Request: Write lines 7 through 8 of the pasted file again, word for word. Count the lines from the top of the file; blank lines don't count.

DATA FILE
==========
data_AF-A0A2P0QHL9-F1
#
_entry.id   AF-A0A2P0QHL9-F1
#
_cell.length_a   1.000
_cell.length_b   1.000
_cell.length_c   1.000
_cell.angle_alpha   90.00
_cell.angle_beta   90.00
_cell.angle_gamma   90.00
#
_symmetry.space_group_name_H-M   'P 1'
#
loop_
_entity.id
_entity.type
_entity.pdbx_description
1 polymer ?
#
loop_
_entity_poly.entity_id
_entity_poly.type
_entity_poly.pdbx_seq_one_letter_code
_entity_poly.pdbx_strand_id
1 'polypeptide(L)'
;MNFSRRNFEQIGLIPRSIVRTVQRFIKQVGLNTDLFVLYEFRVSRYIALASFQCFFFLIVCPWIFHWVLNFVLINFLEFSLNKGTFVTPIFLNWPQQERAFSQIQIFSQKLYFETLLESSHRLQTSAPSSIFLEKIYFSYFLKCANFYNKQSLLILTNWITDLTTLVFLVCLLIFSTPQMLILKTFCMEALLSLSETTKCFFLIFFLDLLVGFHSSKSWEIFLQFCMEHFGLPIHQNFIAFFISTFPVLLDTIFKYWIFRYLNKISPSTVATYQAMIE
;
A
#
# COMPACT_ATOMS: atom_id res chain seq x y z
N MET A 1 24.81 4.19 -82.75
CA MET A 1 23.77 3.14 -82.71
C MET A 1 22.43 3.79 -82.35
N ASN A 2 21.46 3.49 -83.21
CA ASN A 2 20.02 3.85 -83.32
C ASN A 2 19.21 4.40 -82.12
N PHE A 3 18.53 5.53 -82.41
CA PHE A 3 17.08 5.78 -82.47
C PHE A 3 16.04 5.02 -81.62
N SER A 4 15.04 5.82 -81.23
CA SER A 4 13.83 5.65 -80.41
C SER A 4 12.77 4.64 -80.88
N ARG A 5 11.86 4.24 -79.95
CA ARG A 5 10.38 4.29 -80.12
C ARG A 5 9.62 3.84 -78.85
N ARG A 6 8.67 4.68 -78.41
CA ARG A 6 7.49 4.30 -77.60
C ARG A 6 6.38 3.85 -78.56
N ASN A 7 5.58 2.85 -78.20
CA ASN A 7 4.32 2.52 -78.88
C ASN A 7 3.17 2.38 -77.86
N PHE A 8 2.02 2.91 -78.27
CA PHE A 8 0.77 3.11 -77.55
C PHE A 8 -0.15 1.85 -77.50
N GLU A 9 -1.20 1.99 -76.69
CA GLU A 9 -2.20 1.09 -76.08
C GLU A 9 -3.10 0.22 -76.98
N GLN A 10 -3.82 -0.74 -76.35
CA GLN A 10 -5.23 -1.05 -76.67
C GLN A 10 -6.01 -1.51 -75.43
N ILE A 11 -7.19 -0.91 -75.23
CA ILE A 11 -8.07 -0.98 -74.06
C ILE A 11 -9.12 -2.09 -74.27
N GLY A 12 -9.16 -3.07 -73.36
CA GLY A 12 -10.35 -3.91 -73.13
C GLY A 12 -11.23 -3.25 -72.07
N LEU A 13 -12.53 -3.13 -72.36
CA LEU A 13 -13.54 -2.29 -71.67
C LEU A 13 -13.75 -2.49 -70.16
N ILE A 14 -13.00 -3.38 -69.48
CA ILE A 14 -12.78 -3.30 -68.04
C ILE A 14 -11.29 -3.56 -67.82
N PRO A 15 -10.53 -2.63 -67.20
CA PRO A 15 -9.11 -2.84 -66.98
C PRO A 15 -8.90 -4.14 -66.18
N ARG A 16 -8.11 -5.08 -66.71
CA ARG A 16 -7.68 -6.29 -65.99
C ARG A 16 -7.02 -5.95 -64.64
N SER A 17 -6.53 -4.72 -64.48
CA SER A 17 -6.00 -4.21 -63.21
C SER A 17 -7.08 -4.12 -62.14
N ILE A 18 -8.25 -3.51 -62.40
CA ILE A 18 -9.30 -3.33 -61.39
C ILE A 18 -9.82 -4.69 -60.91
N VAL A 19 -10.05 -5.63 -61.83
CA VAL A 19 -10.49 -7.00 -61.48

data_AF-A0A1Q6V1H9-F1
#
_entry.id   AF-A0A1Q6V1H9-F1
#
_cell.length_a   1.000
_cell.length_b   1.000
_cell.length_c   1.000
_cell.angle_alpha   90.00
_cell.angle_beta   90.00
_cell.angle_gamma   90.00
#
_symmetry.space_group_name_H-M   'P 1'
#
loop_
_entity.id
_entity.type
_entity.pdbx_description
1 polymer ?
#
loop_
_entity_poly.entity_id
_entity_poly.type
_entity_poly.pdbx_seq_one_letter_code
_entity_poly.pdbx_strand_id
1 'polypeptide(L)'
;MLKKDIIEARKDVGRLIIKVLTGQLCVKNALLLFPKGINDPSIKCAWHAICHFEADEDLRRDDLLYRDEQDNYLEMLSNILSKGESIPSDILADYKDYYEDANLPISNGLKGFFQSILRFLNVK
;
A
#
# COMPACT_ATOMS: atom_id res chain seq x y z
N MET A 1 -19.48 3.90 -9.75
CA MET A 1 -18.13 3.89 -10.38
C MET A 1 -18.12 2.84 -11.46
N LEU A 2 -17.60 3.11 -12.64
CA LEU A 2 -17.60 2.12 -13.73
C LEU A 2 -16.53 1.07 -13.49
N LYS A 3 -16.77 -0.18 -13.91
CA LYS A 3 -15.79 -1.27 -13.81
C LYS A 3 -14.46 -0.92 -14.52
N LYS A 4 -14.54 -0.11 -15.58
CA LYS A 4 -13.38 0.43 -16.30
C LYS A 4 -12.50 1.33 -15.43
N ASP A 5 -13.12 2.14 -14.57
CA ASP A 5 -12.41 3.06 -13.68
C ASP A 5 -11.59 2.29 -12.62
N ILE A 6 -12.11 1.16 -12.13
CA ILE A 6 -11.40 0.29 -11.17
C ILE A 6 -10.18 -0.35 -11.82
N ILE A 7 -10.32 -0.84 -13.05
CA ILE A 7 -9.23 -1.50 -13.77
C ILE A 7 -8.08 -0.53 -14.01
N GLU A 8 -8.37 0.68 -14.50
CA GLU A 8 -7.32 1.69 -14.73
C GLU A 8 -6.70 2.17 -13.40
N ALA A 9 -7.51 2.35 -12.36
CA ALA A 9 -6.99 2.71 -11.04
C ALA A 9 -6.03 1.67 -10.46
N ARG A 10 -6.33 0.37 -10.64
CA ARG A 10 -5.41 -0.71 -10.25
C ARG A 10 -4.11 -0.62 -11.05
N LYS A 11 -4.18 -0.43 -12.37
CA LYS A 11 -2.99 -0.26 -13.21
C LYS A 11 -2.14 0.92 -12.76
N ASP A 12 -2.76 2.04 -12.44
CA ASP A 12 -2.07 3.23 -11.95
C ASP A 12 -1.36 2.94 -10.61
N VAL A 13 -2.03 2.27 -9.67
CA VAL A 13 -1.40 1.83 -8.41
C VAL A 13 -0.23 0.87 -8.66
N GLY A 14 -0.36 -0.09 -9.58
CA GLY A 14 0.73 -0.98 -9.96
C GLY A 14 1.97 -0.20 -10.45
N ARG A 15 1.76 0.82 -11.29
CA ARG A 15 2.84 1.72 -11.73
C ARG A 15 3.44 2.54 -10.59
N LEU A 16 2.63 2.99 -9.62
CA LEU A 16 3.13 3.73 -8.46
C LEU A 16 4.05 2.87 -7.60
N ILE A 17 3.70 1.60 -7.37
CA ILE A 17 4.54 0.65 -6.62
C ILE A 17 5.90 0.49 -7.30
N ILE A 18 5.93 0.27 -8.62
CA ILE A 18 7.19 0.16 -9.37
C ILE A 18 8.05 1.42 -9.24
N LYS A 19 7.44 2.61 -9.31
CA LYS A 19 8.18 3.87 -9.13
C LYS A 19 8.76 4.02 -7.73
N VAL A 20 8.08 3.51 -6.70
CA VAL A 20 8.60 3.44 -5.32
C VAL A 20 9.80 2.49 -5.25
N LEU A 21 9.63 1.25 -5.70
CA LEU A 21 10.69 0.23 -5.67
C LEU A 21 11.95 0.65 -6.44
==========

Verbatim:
_cell.length_c   1.000
_cell.angle_alpha   90.00